What was once a highly esteemed position, given great respect and authority, has devolved into something that most people in our North American culture now struggle to trust.
For the past 17 years I have spent all but six months on different college campuses — each with differing titles, but all with a sense of “pastor” at their core.
And maybe I’d feel different if I were serving in a local church, but from what I glean from my pastor friends in those contexts, their experiences don’t differ too far from my own.
This passage from Eugene Peterson’s autobiography helps to inform the question I asked at the onset of this post: Is there a place for “pastor” in our 21st Century North American culture?
[quote author=”The Pastor, pp. 4-5″]North American culture does not offer congenial conditions in which to live vocationally as a pastor. Men and women who are pastors in America today find that they have entered into a way of life that is in ruins. The vocation of pastor has been replaced by the strategies of religious entrepreneurs with business plans. Any kind of continuity with pastors in times past is virtually nonexistent. We are a generation that feels as if it is having to start out from scratch to figure out a way to represent and nurture this richly nuanced and all-involving life of Christ in a country that “knew not Joseph.”
I love being an American. I love this place in which I have been placed — its language, its history, its energy. But I don’t love “the American way,” its culture and values. I don’t love the rampant consumerism that treats God as a product to be marketed. I don’t love the dehumanizing ways that turn men, women, and children into impersonal roles and causes and statistics. I don’t love the competitive spirit that treats others as rivals and even as enemies. The cultural conditions in which I am immersed require, at least for me, a kind of fierce vigilance to guard my vocation from these cultural pollutants so dangerously toxic to persons who want to follow Jesus in the way that he is Jesus. I wanted my life, both my personal and working life, to be shaped by God and the scriptures and prayer.[/quote]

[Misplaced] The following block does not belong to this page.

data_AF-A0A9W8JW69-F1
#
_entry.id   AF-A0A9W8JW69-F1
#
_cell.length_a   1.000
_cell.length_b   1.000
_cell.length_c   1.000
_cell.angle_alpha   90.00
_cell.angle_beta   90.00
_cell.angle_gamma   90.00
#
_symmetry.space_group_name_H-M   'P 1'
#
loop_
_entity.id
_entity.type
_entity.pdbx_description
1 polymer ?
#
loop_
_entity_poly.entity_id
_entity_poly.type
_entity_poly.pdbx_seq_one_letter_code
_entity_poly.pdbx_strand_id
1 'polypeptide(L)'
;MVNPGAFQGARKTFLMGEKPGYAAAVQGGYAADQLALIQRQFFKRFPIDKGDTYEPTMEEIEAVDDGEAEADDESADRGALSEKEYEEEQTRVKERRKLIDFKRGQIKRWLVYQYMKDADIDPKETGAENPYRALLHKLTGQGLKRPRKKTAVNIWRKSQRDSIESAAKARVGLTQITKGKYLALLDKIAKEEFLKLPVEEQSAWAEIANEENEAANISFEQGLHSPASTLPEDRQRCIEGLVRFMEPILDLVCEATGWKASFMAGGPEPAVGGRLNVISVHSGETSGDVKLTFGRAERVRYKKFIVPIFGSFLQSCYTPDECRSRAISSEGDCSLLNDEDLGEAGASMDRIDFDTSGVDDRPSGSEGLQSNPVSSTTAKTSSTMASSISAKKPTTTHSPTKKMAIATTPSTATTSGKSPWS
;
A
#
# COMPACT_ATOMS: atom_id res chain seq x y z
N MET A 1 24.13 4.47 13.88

I feel called and compelled, now more than ever, to hold on to this unique role in our evolving North American culture.
I believe that students on our college and university campuses, many of whom don’t ever choose to go to church during this incredibly formative season, need to see people like you and me who embody a different way of thinking about, and living into, a world that “knew not Joseph.”
What do you think?
Do you see the same things?
Do you feel the same growing tension?
Are you being asked to change, or transition, or compromise on your sense of calling.
What would be sacrificed if we simply became Christians who provide spiritually nurturing programs and opportunities? Is that the same thing?
I don’t think so.
Let pull one more quote from Peterson:
[quote author=”The Pastor, pp. 5″]… the pervasive element in our two-thousand-year pastoral tradition is not someone who “gets things done” but rather the person placed in the community to pay attention and call attention to “what is going on right now” between men and women, with one another and with God — this kingdom of God that is primarily local, relentlessly personal, and prayerful “without ceasing.”[/quote]
What do you think?